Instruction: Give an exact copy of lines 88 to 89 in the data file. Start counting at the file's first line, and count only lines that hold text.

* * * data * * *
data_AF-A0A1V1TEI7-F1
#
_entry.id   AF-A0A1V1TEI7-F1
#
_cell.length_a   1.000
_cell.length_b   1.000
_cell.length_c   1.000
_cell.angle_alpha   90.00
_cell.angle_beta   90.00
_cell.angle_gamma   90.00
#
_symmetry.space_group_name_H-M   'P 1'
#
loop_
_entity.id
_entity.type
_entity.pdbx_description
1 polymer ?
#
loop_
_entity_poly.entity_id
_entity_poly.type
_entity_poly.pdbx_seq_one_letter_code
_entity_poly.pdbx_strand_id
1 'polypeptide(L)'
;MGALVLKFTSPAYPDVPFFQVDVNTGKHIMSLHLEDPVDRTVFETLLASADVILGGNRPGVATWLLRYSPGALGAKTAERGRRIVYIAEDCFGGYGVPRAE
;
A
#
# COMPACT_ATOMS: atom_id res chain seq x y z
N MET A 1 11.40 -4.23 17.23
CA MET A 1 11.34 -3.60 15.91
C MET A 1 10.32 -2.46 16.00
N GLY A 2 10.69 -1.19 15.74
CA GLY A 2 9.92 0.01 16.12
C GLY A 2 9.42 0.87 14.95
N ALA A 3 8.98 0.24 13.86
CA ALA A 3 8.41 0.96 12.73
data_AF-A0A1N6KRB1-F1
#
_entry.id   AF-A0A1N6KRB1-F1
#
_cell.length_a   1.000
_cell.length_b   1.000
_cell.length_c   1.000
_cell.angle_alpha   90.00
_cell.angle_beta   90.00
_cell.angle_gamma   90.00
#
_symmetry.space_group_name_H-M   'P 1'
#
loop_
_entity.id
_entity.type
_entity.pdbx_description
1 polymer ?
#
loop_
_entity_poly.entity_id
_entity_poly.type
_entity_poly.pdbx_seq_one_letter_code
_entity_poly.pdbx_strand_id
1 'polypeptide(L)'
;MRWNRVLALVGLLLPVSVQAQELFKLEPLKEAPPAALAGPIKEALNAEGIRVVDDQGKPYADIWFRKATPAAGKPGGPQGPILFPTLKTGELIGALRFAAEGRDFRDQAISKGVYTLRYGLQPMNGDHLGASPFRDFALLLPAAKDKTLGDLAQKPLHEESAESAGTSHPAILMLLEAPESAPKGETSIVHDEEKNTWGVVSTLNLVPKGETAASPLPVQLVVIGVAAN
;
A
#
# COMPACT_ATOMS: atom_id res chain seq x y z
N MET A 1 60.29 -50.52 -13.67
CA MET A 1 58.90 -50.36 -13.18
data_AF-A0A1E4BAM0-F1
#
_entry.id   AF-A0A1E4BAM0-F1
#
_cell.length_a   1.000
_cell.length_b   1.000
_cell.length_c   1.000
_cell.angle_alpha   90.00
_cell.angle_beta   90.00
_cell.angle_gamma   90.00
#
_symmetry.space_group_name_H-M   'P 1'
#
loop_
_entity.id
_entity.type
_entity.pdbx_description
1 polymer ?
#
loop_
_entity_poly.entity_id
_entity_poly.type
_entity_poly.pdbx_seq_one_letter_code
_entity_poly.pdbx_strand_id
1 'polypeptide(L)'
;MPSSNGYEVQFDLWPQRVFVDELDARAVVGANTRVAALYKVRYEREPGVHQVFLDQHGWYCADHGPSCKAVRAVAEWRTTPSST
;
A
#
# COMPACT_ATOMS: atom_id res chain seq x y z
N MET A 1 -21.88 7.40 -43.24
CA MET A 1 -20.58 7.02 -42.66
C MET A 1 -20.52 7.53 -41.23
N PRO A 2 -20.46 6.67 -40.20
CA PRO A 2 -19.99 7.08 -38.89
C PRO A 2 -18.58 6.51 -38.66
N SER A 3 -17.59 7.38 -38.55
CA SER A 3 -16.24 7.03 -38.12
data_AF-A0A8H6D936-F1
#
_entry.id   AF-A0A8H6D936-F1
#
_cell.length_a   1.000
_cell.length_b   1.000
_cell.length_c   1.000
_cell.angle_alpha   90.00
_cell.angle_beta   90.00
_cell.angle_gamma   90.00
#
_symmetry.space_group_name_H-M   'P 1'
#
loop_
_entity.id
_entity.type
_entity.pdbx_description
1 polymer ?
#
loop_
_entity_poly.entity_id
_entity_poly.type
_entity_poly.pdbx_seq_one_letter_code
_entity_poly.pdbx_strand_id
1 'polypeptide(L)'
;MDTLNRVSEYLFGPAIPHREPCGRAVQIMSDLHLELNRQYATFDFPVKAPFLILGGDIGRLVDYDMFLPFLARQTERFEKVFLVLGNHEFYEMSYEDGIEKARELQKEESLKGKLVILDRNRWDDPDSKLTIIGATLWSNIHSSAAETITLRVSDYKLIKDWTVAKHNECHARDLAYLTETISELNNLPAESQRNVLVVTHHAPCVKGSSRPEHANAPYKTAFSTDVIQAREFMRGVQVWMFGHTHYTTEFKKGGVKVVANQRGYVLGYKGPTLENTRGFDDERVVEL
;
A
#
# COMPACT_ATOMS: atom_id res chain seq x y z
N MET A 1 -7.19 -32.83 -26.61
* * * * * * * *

1 polymer ?
#